I had a good friend of mine the other day send me a message and asked if I had ever heard of Digitalis. She also said it might be a good topic for a blog article, I figured she might be right. The more I researched it, the more "right" she became.
Digitalis purpurea, the common Foxglove, belongs to a genus of about 20 species of herbaceous perennials, shrubs, and biennials.
Folklore suggests several origins of the name "foxglove". The plant may have originally been called 'folk's glove' with 'folk' referring to woodland fairies or little people. One interesting story suggests that woodland elves and fairies distributed the plant to foxes to wear as gloves during raids on chicken coops. The different spots on the flowers helped farmers identify the guilty fox when the chickens disappeared.
The earliest known form of the word is the Anglo-Saxon 'foxes glofa' (the glove of the fox).
It actually derives its common name from the shape of the flowers resembling the finger of a glove.
They are native to Western and South Western Europe, Western and central Asia, and Northwestern Africa. Growing 4 to 5 feet tall, Foxgloves are considered biennials, which means the normal life of a Foxglove plant is two seasons, but sometimes the roots, which are formed of numerous, long, thick fibers, persist and throw up flowers for several seasons. However, after flowering, plants can become somewhat scraggly by late Summer, you may want to consider removing them from the garden as soon as they release their seed. An incredible number of seeds are produced, a single Foxglove plant can produce from one to two million seeds to ensure its propagation. Who wants to talk about the possibility of an invasive plant now!?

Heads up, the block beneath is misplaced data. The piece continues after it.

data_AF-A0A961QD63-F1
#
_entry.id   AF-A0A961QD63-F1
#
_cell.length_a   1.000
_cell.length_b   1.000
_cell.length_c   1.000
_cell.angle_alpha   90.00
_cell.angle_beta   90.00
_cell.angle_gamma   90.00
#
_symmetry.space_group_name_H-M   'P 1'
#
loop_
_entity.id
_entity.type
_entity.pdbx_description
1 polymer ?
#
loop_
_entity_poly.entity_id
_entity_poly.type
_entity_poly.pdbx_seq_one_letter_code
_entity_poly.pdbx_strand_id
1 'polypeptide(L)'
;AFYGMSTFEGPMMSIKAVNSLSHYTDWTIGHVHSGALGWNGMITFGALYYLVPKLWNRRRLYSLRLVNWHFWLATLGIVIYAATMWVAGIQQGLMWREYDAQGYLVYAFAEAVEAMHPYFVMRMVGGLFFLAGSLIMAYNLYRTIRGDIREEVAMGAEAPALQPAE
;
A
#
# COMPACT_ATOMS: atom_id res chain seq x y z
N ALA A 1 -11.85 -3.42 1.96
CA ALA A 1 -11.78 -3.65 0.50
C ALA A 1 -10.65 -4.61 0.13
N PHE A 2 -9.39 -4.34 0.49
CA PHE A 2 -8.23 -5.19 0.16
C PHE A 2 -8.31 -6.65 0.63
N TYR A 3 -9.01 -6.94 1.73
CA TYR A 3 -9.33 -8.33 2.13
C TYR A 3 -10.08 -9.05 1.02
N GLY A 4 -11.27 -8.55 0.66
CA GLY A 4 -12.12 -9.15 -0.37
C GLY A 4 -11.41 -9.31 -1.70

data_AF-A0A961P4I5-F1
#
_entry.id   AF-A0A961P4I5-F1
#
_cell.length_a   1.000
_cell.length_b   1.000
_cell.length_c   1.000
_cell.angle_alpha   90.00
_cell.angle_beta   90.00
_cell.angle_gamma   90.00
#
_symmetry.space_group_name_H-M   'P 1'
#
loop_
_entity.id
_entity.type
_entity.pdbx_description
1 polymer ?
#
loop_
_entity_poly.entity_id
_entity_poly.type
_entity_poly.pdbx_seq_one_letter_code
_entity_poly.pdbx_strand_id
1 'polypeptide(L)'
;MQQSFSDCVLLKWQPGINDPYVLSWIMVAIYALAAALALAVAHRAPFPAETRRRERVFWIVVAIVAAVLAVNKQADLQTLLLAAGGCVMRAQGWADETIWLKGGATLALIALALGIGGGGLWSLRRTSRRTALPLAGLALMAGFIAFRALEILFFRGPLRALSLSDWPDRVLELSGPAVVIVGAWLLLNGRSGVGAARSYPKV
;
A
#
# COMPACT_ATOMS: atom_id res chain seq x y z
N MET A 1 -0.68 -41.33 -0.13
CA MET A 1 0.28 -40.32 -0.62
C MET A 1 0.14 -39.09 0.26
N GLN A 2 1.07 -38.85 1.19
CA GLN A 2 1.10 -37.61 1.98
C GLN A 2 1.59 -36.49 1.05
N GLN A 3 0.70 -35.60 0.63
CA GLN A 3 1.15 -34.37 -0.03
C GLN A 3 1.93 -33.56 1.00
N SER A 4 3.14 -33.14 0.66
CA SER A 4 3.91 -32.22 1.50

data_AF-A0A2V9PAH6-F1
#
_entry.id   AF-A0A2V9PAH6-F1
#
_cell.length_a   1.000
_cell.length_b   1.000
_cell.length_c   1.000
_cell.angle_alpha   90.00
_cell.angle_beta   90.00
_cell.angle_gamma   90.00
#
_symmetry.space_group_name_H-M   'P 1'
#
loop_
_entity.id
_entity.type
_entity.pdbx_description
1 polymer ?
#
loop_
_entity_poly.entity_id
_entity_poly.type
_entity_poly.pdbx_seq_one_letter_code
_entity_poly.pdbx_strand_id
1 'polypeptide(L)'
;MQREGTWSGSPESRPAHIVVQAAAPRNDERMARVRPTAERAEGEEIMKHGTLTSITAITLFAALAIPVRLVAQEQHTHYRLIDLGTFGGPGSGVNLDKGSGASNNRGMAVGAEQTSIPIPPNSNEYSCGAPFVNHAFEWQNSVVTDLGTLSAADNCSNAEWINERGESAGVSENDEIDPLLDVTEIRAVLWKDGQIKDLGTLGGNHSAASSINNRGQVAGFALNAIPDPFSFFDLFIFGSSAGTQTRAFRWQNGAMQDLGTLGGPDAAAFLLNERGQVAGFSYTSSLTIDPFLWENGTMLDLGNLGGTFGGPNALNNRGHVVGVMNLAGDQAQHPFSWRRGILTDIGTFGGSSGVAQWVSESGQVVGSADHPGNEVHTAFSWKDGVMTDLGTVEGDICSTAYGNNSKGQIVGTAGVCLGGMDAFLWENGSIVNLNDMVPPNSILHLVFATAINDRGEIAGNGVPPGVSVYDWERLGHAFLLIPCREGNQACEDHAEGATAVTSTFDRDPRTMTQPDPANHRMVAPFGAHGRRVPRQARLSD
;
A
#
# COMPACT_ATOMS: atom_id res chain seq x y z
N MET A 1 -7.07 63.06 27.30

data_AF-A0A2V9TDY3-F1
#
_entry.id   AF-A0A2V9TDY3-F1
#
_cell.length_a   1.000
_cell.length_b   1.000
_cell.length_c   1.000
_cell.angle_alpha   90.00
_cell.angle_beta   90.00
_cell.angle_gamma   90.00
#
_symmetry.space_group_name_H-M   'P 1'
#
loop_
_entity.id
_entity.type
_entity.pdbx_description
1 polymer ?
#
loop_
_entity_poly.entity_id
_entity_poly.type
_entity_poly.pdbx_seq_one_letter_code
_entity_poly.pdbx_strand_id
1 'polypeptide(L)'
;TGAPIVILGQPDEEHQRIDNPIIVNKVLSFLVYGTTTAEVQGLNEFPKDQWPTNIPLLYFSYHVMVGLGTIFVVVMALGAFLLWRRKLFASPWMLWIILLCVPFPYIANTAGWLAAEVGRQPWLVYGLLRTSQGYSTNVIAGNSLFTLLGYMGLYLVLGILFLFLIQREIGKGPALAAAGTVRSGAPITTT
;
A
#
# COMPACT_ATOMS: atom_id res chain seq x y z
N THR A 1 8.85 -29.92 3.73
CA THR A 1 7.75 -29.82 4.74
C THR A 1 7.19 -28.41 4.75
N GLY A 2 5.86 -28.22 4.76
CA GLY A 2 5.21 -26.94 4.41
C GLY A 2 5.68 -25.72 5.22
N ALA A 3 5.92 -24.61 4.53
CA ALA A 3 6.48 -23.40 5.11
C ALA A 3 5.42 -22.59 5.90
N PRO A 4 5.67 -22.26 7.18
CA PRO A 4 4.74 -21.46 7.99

The major problems these plants have are Powdery mildew and leaf spot, if it is left untreated, it will damage foliage considerably by late Summer. Dense crowns may rot in soggy, poorly-drained Winter soils. Potential insect pests include aphids, mealy bugs, slugs and Japanese beetles.
I mentioned how the flowers resemble the fingers of a glove, each individual flower fits the human finger almost perfectly. A child can hardly resist poking their fingers into the blossoms that seem almost designed for that purpose. The flowers, leaves and seeds are highly toxic however, and care should be taken when growing this plant to prevent accidental poisonings. Even with this being said, Foxglove is grown commercially as a source of the heart drugs digoxin and digitoxin.
The man credited with the introduction of Foxglove (digitalis) into the practice of medicine was William Withering. He was born in Shropshire, England in 1741.
Digitalis purpurea in Witherings 18th century was a blessing for people with dropsy (An old term for the swelling of soft tissues due to the accumulation of excess water, better known as Edema today). At the same time, Foxglove concoctions began to appear in an attempt to cure, albeit unsuccessfully, illnesses such as asthma, epilepsy, hydrocephalus, insanity and others. The 18th century brought Foxglove into medical light, but it would take several hundred years before its true healing powers could be harnessed completely.